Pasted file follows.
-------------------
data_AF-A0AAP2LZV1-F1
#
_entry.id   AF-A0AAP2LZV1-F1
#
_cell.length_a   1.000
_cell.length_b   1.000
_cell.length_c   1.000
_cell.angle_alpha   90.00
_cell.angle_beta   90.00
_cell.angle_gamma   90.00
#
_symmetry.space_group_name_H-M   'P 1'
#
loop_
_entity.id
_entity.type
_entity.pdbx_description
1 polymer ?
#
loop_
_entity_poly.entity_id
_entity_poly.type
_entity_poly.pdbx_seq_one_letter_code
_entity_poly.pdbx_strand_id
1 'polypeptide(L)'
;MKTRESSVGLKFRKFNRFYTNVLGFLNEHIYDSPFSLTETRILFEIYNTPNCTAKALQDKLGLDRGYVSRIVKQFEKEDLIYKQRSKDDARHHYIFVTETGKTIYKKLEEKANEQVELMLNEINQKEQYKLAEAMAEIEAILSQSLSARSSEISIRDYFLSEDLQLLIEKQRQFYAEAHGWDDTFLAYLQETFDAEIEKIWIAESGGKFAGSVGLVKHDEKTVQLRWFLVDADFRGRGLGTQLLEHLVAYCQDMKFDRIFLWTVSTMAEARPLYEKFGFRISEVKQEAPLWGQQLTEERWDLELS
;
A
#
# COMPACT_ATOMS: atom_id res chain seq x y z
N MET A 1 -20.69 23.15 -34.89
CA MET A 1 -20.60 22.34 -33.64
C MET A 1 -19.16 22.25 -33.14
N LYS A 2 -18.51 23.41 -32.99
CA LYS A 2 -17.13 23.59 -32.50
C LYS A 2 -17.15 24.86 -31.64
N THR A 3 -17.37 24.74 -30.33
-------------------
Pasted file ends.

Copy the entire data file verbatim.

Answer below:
data_AF-A0AAP2LZV1-F1
#
_entry.id   AF-A0AAP2LZV1-F1
#
_cell.length_a   1.000
_cell.length_b   1.000
_cell.length_c   1.000
_cell.angle_alpha   90.00
_cell.angle_beta   90.00
_cell.angle_gamma   90.00
#
_symmetry.space_group_name_H-M   'P 1'
#
loop_
_entity.id
_entity.type
_entity.pdbx_description
1 polymer ?
#
loop_
_entity_poly.entity_id
_entity_poly.type
_entity_poly.pdbx_seq_one_letter_code
_entity_poly.pdbx_strand_id
1 'polypeptide(L)'
;MKTRESSVGLKFRKFNRFYTNVLGFLNEHIYDSPFSLTETRILFEIYNTPNCTAKALQDKLGLDRGYVSRIVKQFEKEDLIYKQRSKDDARHHYIFVTETGKTIYKKLEEKANEQVELMLNEINQKEQYKLAEAMAEIEAILSQSLSARSSEISIRDYFLSEDLQLLIEKQRQFYAEAHGWDDTFLAYLQETFDAEIEKIWIAESGGKFAGSVGLVKHDEKTVQLRWFLVDADFRGRGLGTQLLEHLVAYCQDMKFDRIFLWTVSTMAEARPLYEKFGFRISEVKQEAPLWGQQLTEERWDLELS
;
A
#
# COMPACT_ATOMS: atom_id res chain seq x y z
N MET A 1 -20.69 23.15 -34.89
CA MET A 1 -20.60 22.34 -33.64
C MET A 1 -19.16 22.25 -33.14
N LYS A 2 -18.51 23.41 -32.99
CA LYS A 2 -17.13 23.59 -32.50
C LYS A 2 -17.15 24.86 -31.64
N THR A 3 -17.37 24.74 -30.33